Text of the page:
Having such data "would have really helped us a lot" in the post-attack investigation, said Dennis M. Lormel, a former FBI agent who ran the Terrorist Finance Operations Section set up after the 2001 attacks. "We would have linked the group of hijackers together quicker."

Under the plan, money-transfer businesses such as Western Union would report transactions of $1,000 or more. ATM and credit card transactions would not be reported.

Authorities plan to funnel the information - about 750 million transfers a year - into a database for use by law enforcement and regulatory agencies.

Information typically accompanying a wire transfer includes the name, address and account number of the sender and recipient - and with money-service businesses, an identifier such as a driver's license or passport number.

The proposal also calls for banks to provide annually the Social Security numbers for all wire-transfer senders and recipients.

Brian Lynch, who was until May 2009 head of the FBI's terrorist financing section, said the plan is "great news" and would provide "more granularity" into the movement of money in financing crime.

Before the plan can take effect, the Treasury secretary must certify that the database can securely hold large volumes of information, and that the technology exists to analyze it effectively.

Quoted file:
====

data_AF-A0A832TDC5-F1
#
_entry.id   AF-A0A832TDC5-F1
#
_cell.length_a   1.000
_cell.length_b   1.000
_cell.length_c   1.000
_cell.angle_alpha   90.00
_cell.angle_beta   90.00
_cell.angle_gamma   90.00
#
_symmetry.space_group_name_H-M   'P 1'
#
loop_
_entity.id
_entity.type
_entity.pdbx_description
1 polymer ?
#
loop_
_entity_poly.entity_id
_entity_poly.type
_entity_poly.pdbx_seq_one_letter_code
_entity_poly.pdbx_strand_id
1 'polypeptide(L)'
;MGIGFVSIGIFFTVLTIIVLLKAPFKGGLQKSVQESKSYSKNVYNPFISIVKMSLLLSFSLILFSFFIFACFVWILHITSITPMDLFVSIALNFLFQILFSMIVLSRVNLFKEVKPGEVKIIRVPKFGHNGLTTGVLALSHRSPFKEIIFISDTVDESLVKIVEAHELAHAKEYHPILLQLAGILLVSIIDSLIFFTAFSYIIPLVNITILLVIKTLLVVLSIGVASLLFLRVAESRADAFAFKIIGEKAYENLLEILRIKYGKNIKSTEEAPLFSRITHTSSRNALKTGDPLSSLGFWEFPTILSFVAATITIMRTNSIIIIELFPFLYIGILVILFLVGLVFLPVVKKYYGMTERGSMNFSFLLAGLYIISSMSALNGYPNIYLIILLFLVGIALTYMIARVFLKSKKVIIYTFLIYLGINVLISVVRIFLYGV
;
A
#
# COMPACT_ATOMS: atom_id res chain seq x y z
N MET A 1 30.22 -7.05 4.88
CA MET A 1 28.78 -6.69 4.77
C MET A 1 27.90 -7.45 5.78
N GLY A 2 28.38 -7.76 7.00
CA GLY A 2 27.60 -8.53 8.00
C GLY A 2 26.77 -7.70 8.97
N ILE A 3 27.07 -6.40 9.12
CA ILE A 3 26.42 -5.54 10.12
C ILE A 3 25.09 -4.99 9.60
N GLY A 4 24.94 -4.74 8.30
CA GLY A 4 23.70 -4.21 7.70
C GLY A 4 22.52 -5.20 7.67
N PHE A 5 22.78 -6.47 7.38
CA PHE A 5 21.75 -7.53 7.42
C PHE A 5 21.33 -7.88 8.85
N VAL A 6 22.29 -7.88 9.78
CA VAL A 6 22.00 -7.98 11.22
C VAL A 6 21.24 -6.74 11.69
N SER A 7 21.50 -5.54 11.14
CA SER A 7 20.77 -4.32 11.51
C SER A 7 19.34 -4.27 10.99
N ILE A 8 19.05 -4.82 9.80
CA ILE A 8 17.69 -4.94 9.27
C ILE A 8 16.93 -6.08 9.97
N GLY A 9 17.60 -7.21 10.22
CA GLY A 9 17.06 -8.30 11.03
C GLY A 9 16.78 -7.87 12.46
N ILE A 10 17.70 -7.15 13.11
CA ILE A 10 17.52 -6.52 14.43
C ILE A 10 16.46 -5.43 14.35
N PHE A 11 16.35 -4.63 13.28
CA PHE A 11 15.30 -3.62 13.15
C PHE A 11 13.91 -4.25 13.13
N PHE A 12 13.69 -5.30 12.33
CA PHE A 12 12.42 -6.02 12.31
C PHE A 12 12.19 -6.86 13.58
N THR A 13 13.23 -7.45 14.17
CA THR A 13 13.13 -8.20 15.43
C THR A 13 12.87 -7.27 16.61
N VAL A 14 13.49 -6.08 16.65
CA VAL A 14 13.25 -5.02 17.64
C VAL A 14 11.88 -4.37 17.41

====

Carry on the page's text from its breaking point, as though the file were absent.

The United States reached agreement this year with the European Union allowing European banks' financial-transaction data to continue to be shared for terrorist-finance tracking purposes, but with stricter controls to guard against abuse.

For instance, U.S. officials can request European data relevant to a specific terrorist investigation, but only if they substantiate the need. The records are held by a Brussels-based bank consortium, the Society for Worldwide Interbank Financial Telecommunication, or SWIFT.

But if the proposed rule goes into effect, transactions between European and U.S. banks would be captured regardless of whether there is a substantiated need.

Sophie in't Veld, a member of the European Parliament from the Netherlands, said lawmakers undertook "painstaking" negotiations to restrict the amount of financial data to which the United States would have access. "It seems they're getting it anyway," she said.

Hudak had no comment.